GS: There you're only look at one dimension, which is the dimension of features. You're saying, "If I can get tabs in Maxthon, well I can go get tabs in Firefox, therefore I am going to switch." But that does away with all of the security stuff that we've just talked about, all those processes, the maturity of IE itself and the IE rendering engine, the compatibility with Internet sites, the compatibility with corporate applications - many of which use custom ActiveX controls that wouldn't run in Firefox in the first place.

Within the enterprise you're probably not going to see enterprises shift over to a tabbed browser on behalf of their users. Individual end users might decide "Hey, I like this feature and I'm going to go for it." But on balance, I don't think you're going to see the mainstream end user jump to tabs or jump to any other more advanced feature in the browser. For those users the browser is the Web site that they visit.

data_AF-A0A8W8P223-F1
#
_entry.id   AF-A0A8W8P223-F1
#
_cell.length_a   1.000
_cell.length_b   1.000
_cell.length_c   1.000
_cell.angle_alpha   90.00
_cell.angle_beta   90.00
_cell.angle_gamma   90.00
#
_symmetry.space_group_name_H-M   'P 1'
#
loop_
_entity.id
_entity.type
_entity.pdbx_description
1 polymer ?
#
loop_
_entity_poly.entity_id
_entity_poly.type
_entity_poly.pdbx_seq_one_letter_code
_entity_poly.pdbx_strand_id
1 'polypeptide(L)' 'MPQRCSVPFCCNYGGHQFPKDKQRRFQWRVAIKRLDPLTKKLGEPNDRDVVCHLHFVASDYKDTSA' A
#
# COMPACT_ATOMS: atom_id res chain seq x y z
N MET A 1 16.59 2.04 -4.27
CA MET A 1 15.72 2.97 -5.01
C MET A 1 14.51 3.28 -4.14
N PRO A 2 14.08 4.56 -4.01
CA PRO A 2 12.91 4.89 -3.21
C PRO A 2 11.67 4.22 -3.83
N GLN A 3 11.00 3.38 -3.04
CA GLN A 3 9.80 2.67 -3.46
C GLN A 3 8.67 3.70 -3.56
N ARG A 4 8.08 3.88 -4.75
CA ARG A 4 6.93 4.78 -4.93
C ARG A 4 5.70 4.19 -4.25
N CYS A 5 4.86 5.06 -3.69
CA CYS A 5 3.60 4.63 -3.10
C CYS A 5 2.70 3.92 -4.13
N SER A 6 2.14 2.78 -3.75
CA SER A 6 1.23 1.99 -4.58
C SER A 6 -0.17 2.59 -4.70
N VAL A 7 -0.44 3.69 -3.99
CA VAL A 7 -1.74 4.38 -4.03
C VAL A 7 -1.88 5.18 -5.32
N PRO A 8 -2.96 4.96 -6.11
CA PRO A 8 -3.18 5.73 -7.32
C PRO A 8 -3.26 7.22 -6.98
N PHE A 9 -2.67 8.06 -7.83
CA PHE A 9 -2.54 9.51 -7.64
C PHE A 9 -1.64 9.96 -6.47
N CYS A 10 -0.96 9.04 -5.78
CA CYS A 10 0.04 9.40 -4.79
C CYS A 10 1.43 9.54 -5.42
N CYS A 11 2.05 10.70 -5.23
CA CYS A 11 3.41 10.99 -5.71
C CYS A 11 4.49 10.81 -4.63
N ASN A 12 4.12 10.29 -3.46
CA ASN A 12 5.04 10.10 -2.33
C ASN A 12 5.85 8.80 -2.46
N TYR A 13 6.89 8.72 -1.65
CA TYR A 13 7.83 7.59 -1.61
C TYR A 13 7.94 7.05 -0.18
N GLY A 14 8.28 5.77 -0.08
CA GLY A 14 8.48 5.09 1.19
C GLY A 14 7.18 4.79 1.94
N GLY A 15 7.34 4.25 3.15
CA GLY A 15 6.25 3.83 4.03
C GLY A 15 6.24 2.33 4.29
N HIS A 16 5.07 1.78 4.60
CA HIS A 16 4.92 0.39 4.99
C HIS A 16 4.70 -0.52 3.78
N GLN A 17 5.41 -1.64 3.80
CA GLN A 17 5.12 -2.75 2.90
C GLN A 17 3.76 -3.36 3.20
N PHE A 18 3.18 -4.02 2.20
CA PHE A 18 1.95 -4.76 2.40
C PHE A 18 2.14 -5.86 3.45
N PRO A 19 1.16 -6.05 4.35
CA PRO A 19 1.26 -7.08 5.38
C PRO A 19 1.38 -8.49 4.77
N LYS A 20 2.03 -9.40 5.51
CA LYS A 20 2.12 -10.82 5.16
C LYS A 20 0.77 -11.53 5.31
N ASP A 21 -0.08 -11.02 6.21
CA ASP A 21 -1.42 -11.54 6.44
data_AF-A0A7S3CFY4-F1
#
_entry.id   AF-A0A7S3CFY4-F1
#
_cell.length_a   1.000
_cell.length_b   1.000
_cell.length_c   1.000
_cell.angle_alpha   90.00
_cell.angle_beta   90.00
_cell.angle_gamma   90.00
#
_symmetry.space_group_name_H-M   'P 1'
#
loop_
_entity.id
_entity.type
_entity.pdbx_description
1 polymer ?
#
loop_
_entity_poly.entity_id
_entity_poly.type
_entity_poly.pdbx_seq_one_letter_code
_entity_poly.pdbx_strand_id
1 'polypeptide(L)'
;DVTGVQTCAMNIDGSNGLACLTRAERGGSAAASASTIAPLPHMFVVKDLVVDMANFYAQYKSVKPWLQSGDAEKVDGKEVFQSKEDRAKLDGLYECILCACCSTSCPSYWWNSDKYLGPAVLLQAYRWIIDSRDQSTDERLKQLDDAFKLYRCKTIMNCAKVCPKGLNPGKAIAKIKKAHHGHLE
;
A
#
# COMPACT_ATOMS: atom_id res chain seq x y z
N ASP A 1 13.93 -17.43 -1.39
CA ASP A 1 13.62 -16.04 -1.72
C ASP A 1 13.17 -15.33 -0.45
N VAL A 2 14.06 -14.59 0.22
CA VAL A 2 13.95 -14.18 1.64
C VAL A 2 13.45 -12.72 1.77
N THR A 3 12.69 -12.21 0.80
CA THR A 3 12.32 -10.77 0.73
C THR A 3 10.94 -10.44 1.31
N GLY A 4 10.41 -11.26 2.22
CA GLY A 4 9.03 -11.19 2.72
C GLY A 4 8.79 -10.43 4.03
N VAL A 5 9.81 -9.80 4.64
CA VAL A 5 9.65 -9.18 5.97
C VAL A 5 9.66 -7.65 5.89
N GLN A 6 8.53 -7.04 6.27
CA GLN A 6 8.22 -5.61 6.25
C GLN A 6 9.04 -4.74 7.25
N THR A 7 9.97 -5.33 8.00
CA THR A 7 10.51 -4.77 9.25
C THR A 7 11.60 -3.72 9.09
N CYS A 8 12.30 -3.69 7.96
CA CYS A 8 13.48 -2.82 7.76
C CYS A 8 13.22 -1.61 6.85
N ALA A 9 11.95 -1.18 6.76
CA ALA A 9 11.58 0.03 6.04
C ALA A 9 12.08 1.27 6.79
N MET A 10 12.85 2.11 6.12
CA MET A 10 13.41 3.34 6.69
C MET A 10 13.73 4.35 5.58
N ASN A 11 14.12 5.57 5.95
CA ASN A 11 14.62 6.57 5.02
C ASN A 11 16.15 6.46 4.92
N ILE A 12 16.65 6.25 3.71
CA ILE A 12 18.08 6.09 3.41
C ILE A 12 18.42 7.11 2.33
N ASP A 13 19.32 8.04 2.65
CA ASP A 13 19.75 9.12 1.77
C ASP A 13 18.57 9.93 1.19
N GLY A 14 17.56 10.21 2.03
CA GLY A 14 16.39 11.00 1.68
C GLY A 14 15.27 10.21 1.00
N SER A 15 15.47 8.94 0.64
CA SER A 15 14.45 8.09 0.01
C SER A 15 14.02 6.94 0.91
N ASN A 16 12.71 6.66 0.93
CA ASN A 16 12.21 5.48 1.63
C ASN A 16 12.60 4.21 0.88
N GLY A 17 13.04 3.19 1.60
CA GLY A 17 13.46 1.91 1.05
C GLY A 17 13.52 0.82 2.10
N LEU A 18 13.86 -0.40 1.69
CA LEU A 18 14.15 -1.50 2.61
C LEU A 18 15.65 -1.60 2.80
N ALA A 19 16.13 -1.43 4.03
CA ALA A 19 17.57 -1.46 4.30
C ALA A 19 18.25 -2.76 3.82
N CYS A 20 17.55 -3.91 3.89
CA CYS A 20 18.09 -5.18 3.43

BN: Do users even care about the underlying technology, the IE engine for example, or is the interface and features more important?

GS: I think they should be aware of those things, because they're making a larger decision than just this feature or that feature. They are making a complete platform change, which has long term implications, so we do think they should think about those things and we hope we can make them aware of them.

BN: I thank you very much for talking with us, Gary.

GS: This is a great discussion and I would be happy to circle back again if you have further questions, want to dig deeper in any areas, and of course as things change on our end and evolve we'll be in touch with you to keep you up to speed on what we're up to.

Read part one of this interview.